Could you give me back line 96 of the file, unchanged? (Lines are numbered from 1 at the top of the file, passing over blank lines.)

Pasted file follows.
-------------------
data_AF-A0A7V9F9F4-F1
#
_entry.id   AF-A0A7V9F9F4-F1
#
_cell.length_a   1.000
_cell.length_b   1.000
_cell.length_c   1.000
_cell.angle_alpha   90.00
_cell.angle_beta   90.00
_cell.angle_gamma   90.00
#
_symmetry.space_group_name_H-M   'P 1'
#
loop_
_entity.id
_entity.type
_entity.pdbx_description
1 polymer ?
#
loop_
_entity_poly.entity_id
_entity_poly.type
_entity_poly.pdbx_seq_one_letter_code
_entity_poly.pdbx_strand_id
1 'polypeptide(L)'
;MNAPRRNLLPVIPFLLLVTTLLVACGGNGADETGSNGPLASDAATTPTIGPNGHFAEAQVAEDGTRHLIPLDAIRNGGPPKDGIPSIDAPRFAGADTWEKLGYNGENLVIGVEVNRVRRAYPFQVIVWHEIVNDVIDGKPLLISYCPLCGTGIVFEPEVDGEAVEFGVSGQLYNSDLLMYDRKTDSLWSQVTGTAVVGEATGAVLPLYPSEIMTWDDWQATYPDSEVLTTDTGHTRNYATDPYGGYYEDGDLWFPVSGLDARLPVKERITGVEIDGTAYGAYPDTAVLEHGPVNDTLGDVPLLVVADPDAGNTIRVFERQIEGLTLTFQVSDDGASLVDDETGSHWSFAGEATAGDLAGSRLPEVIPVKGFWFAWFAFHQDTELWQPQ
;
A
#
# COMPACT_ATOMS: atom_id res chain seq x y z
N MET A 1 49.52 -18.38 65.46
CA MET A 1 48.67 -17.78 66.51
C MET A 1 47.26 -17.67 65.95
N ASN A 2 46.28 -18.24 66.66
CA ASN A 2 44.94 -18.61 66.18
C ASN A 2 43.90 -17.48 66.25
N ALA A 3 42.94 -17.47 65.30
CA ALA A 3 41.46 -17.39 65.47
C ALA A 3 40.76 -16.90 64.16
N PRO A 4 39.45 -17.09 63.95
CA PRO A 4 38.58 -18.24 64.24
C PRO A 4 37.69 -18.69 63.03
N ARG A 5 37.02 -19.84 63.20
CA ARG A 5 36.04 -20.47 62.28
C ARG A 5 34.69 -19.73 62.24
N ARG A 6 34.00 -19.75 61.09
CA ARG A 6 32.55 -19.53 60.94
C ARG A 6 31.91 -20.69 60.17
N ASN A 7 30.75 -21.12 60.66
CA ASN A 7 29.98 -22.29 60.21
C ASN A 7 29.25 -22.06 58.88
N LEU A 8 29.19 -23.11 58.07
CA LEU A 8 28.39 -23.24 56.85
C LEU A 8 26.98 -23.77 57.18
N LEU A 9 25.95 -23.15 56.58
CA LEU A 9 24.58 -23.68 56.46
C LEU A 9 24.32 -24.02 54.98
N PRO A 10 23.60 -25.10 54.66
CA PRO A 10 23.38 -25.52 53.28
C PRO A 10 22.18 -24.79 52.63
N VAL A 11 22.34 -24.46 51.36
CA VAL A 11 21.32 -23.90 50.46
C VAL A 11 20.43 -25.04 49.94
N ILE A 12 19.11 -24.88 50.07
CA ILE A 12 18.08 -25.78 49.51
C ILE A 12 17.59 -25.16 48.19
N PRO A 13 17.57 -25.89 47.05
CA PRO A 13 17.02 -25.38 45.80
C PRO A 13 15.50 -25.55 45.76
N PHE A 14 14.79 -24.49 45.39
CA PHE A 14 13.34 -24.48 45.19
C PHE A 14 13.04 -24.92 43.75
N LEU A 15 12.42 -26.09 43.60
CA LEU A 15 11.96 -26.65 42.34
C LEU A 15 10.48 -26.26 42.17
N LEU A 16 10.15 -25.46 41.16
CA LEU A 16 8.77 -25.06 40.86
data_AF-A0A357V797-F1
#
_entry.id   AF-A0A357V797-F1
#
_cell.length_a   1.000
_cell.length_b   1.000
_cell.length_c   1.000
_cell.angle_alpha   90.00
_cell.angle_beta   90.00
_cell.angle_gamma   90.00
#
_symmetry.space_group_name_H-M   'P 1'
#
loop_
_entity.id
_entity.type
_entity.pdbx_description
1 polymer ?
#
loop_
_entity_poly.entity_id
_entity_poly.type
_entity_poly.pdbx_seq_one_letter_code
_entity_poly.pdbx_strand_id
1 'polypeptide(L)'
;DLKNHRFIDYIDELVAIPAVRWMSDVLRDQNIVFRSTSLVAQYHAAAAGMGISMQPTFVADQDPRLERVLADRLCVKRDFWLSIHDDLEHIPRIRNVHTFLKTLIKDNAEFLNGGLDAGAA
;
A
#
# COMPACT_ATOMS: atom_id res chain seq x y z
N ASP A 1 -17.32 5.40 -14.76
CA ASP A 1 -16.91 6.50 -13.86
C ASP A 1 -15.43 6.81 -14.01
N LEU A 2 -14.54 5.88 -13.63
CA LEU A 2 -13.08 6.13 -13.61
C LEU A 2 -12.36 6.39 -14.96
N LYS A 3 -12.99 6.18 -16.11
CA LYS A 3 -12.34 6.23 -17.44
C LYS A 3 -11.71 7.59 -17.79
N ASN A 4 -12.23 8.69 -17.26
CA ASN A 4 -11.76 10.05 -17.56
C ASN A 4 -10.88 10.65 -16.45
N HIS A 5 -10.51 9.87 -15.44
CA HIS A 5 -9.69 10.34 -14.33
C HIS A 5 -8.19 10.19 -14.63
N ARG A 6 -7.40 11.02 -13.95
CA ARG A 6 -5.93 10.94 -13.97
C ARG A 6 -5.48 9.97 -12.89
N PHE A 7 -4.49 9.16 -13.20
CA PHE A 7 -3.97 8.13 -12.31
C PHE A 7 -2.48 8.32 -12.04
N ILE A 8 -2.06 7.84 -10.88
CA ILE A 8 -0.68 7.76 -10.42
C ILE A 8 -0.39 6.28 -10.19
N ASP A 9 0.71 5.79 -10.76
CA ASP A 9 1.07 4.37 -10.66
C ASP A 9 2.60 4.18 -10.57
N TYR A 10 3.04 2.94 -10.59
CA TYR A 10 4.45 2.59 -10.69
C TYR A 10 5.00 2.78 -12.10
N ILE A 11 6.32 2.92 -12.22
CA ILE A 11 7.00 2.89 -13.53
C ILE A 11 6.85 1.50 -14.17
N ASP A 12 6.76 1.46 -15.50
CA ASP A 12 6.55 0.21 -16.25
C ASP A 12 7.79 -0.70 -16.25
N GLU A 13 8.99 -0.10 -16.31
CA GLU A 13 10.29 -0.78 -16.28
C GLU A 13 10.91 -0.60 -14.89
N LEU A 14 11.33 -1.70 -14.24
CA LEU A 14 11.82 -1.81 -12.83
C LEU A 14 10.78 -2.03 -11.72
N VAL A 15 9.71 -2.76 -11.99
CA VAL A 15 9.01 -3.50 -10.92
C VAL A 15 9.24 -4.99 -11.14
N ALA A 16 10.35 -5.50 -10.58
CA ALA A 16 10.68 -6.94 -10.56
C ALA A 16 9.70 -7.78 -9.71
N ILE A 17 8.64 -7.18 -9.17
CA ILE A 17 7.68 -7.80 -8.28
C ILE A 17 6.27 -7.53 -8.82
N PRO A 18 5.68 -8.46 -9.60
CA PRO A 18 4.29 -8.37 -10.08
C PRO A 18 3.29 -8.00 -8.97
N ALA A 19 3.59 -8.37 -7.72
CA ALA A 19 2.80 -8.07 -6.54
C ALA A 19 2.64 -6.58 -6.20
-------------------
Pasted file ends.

#